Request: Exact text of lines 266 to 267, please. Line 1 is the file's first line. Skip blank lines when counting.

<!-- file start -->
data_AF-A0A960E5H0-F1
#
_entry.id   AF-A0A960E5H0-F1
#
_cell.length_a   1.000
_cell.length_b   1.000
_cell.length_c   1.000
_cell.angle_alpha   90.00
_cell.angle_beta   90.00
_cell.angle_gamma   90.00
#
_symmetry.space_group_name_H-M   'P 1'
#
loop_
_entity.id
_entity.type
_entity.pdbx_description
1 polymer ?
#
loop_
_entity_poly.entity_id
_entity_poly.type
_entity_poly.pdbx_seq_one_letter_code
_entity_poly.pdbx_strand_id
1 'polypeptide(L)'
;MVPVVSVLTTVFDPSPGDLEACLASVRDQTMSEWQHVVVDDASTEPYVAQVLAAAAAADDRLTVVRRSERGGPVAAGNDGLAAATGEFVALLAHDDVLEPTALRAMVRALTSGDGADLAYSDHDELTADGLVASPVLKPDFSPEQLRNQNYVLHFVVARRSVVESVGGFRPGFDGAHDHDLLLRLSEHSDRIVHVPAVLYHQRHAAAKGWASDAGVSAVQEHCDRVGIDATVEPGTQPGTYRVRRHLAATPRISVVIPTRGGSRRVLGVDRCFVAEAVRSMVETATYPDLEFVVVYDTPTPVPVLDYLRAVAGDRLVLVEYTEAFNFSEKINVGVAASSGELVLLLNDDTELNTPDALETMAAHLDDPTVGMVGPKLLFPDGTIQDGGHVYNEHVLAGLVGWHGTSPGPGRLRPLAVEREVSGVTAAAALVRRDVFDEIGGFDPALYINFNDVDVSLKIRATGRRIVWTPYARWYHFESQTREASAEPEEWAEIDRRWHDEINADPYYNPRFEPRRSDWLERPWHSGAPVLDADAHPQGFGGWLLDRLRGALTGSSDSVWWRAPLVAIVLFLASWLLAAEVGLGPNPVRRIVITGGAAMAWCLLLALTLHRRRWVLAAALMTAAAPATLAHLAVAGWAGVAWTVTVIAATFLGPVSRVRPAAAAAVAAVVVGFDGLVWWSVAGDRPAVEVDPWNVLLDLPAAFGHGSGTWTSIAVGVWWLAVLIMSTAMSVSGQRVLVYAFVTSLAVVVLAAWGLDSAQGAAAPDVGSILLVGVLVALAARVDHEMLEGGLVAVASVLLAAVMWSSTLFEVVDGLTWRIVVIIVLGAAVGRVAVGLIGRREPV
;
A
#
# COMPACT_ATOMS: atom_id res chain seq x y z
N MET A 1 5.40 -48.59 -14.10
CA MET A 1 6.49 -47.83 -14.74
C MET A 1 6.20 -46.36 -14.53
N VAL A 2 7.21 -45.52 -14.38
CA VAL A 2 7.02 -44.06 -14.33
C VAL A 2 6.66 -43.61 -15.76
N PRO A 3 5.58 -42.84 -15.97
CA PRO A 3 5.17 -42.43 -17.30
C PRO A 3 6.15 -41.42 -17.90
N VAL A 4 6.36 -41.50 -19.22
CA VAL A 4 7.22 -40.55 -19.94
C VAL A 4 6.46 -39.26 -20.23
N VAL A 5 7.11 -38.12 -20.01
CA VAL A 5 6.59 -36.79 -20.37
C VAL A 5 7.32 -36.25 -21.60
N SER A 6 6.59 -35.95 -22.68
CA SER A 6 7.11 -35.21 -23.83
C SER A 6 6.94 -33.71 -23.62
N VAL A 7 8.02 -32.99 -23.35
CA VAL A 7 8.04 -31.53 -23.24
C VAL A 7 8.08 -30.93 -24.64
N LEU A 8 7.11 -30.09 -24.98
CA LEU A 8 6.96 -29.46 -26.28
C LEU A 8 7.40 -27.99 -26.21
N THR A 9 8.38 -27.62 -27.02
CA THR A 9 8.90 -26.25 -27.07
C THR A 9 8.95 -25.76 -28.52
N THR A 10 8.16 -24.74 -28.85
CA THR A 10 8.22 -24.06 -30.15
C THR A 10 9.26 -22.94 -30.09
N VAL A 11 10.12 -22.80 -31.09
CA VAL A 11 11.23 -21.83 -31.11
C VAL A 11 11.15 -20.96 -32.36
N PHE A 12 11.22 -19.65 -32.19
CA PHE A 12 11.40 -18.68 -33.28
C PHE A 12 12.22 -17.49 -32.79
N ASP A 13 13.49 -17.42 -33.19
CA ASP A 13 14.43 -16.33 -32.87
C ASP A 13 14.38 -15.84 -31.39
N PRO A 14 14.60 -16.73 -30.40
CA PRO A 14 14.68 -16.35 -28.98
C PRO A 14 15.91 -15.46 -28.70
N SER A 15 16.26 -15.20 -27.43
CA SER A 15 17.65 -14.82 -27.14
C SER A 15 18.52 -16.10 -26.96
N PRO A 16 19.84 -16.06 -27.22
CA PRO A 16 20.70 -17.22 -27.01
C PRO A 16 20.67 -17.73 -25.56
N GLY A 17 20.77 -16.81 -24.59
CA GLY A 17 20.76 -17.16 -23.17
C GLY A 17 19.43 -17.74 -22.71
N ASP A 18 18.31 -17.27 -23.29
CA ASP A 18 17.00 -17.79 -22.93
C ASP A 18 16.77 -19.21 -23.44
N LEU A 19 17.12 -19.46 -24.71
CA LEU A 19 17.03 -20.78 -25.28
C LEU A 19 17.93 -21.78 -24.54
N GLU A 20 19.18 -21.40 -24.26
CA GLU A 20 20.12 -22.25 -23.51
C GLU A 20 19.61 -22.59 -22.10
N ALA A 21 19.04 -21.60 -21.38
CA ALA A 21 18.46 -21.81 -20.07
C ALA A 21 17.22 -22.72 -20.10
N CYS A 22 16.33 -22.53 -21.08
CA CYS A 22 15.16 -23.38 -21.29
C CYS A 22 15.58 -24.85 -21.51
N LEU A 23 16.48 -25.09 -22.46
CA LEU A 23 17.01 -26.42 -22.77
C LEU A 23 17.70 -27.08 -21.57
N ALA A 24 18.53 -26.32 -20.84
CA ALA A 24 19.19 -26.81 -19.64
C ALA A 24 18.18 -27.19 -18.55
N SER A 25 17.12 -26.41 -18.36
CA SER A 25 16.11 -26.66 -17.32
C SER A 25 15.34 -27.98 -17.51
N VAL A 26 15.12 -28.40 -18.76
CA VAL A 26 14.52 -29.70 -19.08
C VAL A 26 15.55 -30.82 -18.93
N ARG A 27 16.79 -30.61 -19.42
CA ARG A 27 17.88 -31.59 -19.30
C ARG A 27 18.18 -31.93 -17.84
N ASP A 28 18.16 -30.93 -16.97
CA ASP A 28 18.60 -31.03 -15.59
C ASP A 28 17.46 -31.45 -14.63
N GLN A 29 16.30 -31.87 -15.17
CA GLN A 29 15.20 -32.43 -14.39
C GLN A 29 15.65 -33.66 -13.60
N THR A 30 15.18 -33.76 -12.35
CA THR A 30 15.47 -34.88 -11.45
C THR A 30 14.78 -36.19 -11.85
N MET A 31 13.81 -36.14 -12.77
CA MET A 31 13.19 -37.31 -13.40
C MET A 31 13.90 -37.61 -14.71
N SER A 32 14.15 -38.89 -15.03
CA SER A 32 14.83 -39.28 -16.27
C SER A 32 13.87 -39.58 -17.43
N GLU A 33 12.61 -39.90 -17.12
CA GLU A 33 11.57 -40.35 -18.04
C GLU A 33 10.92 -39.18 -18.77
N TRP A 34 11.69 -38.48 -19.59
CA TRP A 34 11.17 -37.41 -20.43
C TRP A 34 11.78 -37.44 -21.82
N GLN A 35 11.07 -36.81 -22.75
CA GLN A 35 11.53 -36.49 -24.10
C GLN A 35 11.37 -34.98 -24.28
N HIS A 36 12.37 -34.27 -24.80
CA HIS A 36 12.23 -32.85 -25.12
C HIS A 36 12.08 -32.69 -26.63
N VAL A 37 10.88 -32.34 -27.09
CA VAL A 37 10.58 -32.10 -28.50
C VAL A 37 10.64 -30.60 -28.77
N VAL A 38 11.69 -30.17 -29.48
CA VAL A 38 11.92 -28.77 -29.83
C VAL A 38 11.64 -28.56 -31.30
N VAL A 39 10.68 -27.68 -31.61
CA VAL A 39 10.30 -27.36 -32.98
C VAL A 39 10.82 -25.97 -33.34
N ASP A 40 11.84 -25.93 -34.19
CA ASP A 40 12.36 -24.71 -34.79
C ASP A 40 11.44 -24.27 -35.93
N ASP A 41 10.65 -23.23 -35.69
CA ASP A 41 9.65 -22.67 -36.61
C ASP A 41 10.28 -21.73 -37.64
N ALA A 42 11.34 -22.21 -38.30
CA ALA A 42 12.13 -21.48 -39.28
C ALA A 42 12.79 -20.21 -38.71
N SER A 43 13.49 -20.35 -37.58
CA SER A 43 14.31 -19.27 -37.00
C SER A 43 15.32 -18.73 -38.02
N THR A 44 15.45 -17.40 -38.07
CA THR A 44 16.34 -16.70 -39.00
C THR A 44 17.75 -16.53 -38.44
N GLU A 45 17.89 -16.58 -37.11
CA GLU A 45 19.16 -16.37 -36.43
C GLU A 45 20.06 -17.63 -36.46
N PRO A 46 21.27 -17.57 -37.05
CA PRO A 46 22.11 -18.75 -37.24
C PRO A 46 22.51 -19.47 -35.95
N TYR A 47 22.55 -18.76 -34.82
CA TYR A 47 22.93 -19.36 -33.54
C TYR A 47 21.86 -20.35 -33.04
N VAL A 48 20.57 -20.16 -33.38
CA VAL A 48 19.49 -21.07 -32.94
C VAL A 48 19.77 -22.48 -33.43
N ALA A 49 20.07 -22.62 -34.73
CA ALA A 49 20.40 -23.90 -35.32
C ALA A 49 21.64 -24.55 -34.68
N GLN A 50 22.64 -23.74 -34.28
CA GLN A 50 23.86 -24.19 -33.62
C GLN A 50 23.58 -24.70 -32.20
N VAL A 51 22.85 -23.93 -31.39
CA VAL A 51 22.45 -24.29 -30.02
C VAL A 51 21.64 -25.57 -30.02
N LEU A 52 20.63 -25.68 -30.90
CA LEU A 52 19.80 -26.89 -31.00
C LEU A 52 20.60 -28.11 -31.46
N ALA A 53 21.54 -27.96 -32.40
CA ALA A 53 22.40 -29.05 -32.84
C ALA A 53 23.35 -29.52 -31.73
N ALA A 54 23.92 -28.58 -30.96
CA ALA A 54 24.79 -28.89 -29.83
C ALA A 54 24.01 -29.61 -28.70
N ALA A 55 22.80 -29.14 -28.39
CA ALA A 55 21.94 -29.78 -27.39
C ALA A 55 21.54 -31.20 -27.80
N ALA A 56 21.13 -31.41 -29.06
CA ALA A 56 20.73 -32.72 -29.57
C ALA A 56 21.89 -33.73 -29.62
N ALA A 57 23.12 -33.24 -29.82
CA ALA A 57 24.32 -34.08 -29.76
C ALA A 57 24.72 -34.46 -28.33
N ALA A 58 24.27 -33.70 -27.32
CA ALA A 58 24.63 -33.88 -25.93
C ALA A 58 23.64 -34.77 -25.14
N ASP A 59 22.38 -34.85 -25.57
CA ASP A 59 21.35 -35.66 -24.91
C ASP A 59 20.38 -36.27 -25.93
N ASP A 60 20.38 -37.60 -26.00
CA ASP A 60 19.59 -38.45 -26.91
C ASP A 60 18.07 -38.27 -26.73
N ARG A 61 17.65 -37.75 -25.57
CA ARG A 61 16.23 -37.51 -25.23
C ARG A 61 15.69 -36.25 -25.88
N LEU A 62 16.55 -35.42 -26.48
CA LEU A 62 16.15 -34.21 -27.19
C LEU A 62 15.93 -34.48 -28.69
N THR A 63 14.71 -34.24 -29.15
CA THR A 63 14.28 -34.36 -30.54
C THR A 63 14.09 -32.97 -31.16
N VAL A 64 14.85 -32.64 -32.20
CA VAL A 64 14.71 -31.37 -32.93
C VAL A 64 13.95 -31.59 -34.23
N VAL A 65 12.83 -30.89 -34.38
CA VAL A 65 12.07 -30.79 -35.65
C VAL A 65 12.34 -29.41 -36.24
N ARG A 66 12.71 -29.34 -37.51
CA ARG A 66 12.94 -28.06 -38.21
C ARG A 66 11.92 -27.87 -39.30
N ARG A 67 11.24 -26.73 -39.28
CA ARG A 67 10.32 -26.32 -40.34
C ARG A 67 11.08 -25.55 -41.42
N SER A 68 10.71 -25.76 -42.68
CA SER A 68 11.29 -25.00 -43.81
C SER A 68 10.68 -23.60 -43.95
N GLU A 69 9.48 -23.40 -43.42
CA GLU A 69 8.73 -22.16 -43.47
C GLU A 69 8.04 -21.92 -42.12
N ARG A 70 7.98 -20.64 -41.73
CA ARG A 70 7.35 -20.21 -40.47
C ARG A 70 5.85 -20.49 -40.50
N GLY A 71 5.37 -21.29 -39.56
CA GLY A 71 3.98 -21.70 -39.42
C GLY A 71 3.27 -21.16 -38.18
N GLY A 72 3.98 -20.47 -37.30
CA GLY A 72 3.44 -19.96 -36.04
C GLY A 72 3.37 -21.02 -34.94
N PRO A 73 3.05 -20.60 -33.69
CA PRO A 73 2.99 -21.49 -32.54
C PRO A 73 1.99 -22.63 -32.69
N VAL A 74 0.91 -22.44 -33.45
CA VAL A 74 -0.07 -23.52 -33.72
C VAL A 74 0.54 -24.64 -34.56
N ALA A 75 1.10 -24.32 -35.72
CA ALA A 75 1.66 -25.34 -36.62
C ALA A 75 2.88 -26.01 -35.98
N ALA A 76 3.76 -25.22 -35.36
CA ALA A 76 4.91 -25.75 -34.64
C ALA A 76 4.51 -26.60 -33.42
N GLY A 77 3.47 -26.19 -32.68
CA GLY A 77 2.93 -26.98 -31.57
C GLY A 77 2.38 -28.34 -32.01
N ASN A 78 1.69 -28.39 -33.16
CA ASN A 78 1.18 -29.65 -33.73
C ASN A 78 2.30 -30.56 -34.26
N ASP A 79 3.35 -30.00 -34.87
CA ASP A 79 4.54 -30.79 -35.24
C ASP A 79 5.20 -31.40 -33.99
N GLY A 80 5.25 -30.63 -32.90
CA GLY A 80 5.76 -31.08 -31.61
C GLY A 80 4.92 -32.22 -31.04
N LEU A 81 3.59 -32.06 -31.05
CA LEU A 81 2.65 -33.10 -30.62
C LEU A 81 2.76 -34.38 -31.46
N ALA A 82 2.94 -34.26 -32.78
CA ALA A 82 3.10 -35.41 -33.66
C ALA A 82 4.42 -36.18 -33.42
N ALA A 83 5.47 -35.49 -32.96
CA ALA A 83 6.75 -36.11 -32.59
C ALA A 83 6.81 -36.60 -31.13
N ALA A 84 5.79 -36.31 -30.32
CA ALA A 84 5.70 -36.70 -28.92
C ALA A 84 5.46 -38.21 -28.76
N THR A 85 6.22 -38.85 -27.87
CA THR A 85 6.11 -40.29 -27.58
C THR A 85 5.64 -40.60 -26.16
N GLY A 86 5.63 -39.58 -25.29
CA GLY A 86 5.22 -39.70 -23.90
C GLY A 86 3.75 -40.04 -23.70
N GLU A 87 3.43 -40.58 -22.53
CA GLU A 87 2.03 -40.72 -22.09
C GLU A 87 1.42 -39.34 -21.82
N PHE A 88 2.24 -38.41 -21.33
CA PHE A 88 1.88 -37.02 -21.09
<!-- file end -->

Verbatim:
CA ASP A 79 4.54 -30.79 -35.24
C ASP A 79 5.20 -31.40 -33.99